Monday, November 28, 2011

Cookies for Santa

Welcome back!  I hope all of our Naturally Sweet Sisters friends had a lovely Thanksgiving.  As remarkable as it can be, blood glucose x2 managed to stay in a decent range through the pie, potatoes, cranberries and stuffing that made it's way back to our dining table over the weekend.  For that, I am very thankful!

As I mentioned, when type 1 diabetes first came into our world, it was Christmas time.  As new parents to the "type 1 diabetes with holidays" scene, the dilemma of leaving cookies for Santa instantly presented a huge problem. 

We had just returned from a week long stay at our children's hospital and were immediately plunging into the first Christmas, without a clue as to what we were doing.


Should we leave cookies out if we weren't even sure if our newly diagnosed youngest daughter should be eating cookies in the first place?  And how many carbs were in a frosted sugar cookie with sprinkles? 

If we only left out carrots, would that be ok?  Or would that present a problem because carrots had carbs as well?  And would Santa have to wrestle with Rudolph to eat them? 

What to do?  What to do?

Because of our worries and fears, we did nothing.  We ended up leaving Santa a very nice drawing from each daughter and absolutely no food. Which was fine for our 3 and 5 year-old.  They were less worried about what Santa was receiving than what they would be receiving the next morning.

To us as parents, doing nothing just didn't feel right. 

This was long before another one of our great a-ha moments:  kids first, diabetes second.

From that point, we begin to encounter many more holidays. 

Valentines Day, Easter, Fourth of July (and as a side note, did you even think of all of the food before type 1 diabetes?), birthdays, Halloween, Thanksgiving and the list goes on.

What we had to learn was to celebrate them all with very little change and perhaps only modifying a bit with common sense. 

We had to get over our fear.

Yes, there will be mistakes and yes, there will be moments that we wished had gone better.  We are not perfect and even though we attempt it everyday, we are not pancreases.

We do however, have only one shot at that particular day of the year.  We also know that our children will only be little one time.  So, with a little diabetes skill and knowledge, we are out there, making memories that will last a lifetime.

To survive the onslaught of holiday fun, here are a few helpful tips:

1.)  Put everything on a plate.  It is a visual to help you to remember to count portion size and add up all of the carbs.  It also makes you think about bolusing if you are an insulin pump.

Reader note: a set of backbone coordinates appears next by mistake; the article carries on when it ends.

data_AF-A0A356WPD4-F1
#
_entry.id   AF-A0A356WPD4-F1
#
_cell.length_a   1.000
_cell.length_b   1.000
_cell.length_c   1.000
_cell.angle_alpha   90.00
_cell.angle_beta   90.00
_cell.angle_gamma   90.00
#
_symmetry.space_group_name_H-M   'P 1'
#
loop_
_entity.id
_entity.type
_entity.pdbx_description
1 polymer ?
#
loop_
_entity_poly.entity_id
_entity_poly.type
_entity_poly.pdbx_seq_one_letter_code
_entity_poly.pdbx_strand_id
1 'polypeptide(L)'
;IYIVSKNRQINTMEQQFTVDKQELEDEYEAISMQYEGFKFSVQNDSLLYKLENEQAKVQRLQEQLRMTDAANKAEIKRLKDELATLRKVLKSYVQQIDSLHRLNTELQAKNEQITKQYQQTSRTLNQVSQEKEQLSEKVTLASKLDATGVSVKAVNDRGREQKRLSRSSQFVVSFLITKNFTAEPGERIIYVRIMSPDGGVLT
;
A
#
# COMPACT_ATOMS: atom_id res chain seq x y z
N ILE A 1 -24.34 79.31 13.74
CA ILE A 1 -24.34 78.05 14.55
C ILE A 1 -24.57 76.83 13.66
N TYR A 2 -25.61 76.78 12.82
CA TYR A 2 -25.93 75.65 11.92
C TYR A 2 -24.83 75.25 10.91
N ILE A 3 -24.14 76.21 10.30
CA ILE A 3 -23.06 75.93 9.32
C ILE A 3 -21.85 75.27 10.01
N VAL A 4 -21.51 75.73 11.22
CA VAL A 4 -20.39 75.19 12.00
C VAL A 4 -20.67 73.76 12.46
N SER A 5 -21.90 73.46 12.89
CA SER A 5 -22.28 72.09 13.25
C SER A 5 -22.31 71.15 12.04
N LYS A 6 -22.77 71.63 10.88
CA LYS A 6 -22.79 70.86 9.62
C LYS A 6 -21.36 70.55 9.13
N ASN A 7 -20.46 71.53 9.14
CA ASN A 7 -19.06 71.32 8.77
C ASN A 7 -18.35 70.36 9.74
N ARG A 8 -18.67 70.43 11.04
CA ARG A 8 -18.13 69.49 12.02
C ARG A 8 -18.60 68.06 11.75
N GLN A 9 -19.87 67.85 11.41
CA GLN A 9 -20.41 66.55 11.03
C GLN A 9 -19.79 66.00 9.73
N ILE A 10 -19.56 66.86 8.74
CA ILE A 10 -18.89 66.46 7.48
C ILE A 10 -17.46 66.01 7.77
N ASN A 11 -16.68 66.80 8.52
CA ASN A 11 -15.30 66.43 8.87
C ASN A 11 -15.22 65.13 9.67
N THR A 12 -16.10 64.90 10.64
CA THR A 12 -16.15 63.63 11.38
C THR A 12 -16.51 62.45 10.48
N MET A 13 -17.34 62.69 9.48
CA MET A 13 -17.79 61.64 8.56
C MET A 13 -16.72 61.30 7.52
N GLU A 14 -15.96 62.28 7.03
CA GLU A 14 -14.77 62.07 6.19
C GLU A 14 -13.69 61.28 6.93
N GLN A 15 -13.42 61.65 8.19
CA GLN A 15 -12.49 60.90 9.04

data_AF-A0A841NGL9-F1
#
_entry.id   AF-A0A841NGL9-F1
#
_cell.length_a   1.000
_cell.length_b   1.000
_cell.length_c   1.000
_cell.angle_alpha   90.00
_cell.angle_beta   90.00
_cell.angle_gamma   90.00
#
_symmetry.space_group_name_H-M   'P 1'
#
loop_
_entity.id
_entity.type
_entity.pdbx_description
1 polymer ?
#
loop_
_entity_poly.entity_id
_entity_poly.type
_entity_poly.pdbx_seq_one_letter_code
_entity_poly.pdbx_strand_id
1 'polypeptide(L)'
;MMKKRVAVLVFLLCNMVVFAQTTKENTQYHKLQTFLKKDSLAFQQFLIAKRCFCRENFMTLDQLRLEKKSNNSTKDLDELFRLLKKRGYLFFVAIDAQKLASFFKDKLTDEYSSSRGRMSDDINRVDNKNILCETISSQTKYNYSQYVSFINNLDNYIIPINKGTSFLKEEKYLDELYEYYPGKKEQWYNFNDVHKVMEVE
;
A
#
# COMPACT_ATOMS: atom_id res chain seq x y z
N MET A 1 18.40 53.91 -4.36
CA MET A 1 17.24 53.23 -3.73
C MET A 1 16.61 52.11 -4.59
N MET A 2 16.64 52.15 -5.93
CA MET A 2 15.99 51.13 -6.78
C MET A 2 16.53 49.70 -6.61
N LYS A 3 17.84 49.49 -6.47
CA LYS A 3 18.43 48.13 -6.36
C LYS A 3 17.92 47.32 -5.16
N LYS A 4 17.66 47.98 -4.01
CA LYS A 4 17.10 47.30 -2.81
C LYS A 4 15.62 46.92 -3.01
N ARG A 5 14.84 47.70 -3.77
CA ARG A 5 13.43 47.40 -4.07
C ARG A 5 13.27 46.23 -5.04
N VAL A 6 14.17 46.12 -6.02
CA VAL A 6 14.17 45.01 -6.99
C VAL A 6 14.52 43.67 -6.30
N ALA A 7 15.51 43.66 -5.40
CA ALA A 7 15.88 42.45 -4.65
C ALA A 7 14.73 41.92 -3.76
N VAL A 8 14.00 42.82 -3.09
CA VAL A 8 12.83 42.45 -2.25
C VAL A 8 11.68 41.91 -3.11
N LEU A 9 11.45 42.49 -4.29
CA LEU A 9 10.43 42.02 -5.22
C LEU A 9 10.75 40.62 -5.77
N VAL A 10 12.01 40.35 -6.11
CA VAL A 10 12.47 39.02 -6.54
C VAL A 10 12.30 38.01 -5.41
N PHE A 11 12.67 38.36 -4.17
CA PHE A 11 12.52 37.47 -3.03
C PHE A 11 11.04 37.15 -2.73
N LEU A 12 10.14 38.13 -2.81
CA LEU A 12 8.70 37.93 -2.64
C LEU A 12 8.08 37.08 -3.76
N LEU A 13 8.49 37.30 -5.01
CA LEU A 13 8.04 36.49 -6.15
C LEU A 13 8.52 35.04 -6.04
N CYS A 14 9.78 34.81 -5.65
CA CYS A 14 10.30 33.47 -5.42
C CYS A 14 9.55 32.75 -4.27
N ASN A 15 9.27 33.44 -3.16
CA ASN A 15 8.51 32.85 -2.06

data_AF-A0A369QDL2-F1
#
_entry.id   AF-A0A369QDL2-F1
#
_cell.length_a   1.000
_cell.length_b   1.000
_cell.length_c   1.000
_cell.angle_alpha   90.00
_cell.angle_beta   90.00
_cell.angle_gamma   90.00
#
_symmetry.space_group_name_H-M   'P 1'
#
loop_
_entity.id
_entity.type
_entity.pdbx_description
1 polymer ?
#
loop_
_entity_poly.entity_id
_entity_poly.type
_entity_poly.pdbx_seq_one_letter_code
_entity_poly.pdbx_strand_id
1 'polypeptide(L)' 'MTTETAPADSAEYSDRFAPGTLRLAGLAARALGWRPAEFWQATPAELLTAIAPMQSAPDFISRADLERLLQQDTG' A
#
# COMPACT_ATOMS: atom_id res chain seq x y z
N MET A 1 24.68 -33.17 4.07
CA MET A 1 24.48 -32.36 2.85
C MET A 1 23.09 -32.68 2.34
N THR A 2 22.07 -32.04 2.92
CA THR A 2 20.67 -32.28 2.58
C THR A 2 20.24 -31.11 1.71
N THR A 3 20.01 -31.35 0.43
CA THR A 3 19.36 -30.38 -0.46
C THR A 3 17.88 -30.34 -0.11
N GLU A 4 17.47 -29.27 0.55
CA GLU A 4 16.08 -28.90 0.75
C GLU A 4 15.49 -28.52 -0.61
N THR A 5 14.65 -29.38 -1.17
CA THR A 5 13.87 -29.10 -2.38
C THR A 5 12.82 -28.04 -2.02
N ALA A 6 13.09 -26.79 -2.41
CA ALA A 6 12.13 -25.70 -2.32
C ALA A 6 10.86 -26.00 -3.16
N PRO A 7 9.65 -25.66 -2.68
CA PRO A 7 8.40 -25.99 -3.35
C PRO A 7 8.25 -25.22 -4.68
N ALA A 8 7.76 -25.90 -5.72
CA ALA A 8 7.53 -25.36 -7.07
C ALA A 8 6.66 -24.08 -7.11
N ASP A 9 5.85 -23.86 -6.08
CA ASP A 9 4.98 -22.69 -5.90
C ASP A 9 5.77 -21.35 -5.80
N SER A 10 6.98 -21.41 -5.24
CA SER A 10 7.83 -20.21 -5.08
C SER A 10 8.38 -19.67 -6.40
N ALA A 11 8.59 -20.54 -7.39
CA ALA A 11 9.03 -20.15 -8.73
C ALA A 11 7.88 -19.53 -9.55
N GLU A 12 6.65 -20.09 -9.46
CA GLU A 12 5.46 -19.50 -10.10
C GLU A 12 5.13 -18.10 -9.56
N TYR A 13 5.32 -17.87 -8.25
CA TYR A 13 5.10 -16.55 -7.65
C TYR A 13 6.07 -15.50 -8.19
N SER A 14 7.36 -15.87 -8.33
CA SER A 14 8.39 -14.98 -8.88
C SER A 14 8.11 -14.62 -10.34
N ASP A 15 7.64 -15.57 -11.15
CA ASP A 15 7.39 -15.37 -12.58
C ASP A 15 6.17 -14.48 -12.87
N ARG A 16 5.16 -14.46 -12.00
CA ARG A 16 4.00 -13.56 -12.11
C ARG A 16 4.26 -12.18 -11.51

2.)  Consider combo bolusing.  If you see a buffet that is loaded with things that you love but you may want to graze and mingle.  Give yourself a bolus spread out over an hour and delivering half of your insulin now, and half of your insulin later.  My girls love to do this because they feel like they are less bogged down by the diabetes and more able to relax and enjoy.  Just remember to eat all of the carbs that you bolused for.  Holding that plate in your hand until you are done helps to keep that reminder in check.

3.)  Try that thing that you is calling your name, even if you are unsure of the carb counts.  We often encourage the girls to sample new foods, especially the ones that are visually appealing.  I have learned a few things... one, sometimes that food is so delicious and so wonderful that you can't believe you haven't ever tried it before and sometimes, it stinks and you decide you never want to see, smell or taste it again!  I know this sounds like the only two choices, but there is a third and that is not eating, obsessing about it and then over-eating something that you didn't want in the first place.  Raising two little girls makes me very aware of the third possibility and it is one that I want to keep them far, far, far away from.

4.)  Enjoy the holidays.  That first Christmas post diagnosis was terrible.  I spent all of my energy worrying about the food aspect.  Quite surprisingly, the food is only a tiny bit of what makes each holiday so wonderful.  I now look at it from a bigger picture.  The magic that we make is much more enticing.  From writing and visiting Santa, to shopping for special gifts, to attending holiday parades and shows, watching old Christmas movies and decorating the trees... well you get the picture, none of that is about type 1 diabetes.  It is about having fun.

5.)  Santa does like cookies.  Don't fret.  A cookie carb is easily counted for Santa and I hear that he really loves peanut butter kiss cookies just like my husband. 

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